|21||Computer Closet Collection, Milton-Bradley Microvision, printed from wysiwyg://52/http://www.geocities.com/˜compcloset/MiltonBradley-Microvision.htm on Sep. 28, 2000 (2 pages), copyright 1997-1999, last modified Jun. 22, 1999.|
|22||Computer Closet Collection, NEC Turbo Express, printed from wysiwyg://22/http://www.geocities.com/~compcloset/NECTurboExpress.htm on Sep. 28, 2000 (2 pages), copyright 1997-1999, last modified Jun. 24, 1999.|
|23||Computer Closet Collection, NEC Turbo Express, printed from wysiwyg://22/http://www.geocities.com/˜compcloset/NECTurboExpress.htm on Sep. 28, 2000 (2 pages), copyright 1997-1999, last modified Jun. 24, 1999.|
|24||Computer Closet Collection, Nintendo Game Boy/Game Boy Light, printed from wysiwyg://40/http://www.geocities.com/~compcloset/NintendoGameBoy.htm on Sep. 28, 2000 (5 pages), copyright 1997-1999, last modified Jun. 22, 1999.|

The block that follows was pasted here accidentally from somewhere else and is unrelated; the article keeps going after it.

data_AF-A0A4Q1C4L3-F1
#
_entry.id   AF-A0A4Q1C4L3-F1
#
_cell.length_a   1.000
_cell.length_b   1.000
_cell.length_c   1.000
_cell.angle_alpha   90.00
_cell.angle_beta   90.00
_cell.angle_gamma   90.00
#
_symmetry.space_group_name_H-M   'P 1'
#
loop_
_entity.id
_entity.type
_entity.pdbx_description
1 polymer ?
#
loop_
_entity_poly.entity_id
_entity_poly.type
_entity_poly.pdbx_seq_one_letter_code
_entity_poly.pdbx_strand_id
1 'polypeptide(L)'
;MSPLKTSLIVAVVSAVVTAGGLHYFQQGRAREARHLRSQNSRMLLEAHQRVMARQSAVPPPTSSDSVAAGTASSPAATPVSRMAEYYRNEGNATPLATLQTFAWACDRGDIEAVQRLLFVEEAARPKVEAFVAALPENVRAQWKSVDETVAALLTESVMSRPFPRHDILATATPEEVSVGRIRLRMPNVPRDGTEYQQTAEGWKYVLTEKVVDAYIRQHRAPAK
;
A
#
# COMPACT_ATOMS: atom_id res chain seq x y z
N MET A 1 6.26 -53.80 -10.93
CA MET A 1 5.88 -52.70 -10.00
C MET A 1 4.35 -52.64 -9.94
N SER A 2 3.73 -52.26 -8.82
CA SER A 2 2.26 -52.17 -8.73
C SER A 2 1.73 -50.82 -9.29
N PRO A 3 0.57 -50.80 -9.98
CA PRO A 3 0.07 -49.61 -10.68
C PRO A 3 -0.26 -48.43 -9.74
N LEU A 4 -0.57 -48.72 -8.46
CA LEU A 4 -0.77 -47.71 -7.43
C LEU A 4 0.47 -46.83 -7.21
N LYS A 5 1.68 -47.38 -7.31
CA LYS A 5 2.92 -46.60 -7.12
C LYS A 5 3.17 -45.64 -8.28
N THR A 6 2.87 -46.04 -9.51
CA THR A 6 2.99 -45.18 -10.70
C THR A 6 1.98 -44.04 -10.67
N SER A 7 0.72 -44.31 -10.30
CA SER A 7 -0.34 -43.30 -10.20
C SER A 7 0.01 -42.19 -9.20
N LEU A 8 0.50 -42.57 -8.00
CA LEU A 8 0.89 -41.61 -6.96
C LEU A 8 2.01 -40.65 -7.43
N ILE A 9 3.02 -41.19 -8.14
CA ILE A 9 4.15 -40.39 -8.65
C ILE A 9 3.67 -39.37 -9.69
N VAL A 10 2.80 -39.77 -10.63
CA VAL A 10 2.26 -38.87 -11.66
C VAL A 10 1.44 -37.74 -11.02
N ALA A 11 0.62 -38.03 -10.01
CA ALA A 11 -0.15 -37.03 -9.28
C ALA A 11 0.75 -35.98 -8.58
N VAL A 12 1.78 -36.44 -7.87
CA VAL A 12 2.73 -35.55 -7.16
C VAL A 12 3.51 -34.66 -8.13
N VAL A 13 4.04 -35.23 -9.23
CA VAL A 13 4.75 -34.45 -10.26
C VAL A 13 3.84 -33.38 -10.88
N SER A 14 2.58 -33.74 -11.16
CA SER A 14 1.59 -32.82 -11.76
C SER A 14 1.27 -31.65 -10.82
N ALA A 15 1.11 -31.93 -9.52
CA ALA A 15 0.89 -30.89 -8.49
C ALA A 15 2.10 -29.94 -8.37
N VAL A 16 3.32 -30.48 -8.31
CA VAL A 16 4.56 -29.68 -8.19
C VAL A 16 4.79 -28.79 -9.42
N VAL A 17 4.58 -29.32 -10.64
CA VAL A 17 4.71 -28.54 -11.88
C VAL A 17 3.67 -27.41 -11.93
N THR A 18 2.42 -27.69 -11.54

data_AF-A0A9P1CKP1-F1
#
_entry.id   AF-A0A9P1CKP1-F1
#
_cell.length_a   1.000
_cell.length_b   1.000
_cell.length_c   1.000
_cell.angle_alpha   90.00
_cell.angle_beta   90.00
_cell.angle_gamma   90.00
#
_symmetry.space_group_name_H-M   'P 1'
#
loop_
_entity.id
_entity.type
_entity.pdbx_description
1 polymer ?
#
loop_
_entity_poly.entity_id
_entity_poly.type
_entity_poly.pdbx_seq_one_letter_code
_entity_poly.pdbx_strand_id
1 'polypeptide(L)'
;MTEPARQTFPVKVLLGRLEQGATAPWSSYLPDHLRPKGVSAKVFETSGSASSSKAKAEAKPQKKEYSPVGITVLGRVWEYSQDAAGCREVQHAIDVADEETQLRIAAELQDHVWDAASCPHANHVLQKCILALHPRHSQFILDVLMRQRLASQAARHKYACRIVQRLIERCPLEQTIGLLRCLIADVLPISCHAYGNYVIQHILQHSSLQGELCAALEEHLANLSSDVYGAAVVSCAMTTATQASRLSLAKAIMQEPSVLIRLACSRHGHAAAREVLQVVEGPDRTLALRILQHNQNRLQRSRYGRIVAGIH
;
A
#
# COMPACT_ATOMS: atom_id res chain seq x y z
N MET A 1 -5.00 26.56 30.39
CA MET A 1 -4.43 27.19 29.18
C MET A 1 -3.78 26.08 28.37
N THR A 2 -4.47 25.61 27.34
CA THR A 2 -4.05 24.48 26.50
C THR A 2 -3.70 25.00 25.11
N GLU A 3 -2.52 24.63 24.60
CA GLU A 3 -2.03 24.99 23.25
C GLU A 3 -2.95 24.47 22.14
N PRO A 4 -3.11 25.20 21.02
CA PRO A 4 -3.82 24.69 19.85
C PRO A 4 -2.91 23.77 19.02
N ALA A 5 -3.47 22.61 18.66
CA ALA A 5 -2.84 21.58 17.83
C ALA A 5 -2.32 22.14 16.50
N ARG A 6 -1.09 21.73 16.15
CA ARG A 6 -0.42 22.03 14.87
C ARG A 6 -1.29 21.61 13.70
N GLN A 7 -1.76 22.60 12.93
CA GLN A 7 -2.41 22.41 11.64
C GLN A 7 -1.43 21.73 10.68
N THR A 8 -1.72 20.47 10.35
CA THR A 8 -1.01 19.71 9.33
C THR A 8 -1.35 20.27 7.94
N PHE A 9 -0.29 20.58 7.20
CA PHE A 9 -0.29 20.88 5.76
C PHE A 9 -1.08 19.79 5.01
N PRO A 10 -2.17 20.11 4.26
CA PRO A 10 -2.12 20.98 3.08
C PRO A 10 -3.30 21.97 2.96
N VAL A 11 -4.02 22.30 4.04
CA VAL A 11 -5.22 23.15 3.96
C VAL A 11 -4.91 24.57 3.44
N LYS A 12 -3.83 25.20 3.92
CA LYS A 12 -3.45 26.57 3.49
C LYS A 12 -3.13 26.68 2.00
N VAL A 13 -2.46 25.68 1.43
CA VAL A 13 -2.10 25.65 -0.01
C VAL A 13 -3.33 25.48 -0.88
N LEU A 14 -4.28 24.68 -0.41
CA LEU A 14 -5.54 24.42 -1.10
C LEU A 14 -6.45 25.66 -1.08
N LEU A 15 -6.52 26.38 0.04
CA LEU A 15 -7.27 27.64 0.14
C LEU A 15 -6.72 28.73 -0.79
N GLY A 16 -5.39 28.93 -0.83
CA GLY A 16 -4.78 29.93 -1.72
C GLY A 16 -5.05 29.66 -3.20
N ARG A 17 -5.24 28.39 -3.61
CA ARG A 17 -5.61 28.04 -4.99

|25||Computer Closet Collection, Nintendo Game Boy/Game Boy Light, printed from wysiwyg://40/http://www.geocities.com/˜compcloset/NintendoGameBoy.htm on Sep. 28, 2000 (5 pages), copyright 1997-1999, last modified Jun. 22, 1999.|
|26||Computer Closet Collection, Sega Game Gear, printed from wysiwyg://28/http://www.geocities.com/~compcloset/SegaGameGear.htm on Sep. 28, 2000 (2 pages), copyright 1997-1999, last modified Jun. 22, 1999.|
|27||Computer Closet Collection, Sega Game Gear, printed from wysiwyg://28/http://www.geocities.com/˜compcloset/SegaGameGear.htm on Sep. 28, 2000 (2 pages), copyright 1997-1999, last modified Jun. 22, 1999.|
|28||Computer Closet Collection, Sega Nomad, printed from wysiwyg://34/http://www.geocities.com/~compcloset/SegaNomad.htm on Sep. 28, 2000 (2 pages), copyright 1997-1999, last modified Jun. 22, 1999.|
|29||Computer Closet Collection, Sega Nomad, printed from wysiwyg://34/http://www.geocities.com/˜compcloset/SegaNomad.htm on Sep. 28, 2000 (2 pages), copyright 1997-1999, last modified Jun. 22, 1999.|
|30||Computer Closet Collection, Tiger Game.com, printed from wysiwyg://46/http://www.geocities.com/~compcloset/TigerGameCom.htm on Sep. 28, 2000 (1 page), copyright 1997-1999, last modified Jun. 22, 1999.|
|31||Computer Closet Collection, Tiger Game.com, printed from wysiwyg://46/http://www.geocities.com/˜compcloset/TigerGameCom.htm on Sep. 28, 2000 (1 page), copyright 1997-1999, last modified Jun. 22, 1999.|